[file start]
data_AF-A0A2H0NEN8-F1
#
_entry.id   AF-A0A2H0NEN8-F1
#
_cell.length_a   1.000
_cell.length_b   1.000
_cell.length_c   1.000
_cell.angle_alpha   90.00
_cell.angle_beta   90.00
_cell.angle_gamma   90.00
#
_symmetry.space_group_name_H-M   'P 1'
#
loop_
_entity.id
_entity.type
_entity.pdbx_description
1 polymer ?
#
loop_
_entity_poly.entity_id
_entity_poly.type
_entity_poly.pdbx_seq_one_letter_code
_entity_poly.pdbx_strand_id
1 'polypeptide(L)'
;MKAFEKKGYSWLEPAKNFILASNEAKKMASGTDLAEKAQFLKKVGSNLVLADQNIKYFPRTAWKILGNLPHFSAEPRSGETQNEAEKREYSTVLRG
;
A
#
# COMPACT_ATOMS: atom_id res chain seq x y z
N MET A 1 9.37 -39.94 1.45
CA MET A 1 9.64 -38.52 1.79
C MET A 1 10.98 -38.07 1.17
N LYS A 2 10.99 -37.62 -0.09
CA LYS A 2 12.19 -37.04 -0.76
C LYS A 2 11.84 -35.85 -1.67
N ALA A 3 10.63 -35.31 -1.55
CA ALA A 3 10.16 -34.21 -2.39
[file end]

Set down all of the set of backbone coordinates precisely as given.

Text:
data_AF-A0A2H0NEN8-F1
#
_entry.id   AF-A0A2H0NEN8-F1
#
_cell.length_a   1.000
_cell.length_b   1.000
_cell.length_c   1.000
_cell.angle_alpha   90.00
_cell.angle_beta   90.00
_cell.angle_gamma   90.00
#
_symmetry.space_group_name_H-M   'P 1'
#
loop_
_entity.id
_entity.type
_entity.pdbx_description
1 polymer ?
#
loop_
_entity_poly.entity_id
_entity_poly.type
_entity_poly.pdbx_seq_one_letter_code
_entity_poly.pdbx_strand_id
1 'polypeptide(L)'
;MKAFEKKGYSWLEPAKNFILASNEAKKMASGTDLAEKAQFLKKVGSNLVLADQNIKYFPRTAWKILGNLPHFSAEPRSGETQNEAEKREYSTVLRG
;
A
#
# COMPACT_ATOMS: atom_id res chain seq x y z
N MET A 1 9.37 -39.94 1.45
CA MET A 1 9.64 -38.52 1.79
C MET A 1 10.98 -38.07 1.17
N LYS A 2 10.99 -37.62 -0.09
CA LYS A 2 12.19 -37.04 -0.76
C LYS A 2 11.84 -35.85 -1.67
N ALA A 3 10.63 -35.31 -1.55
CA ALA A 3 10.16 -34.21 -2.39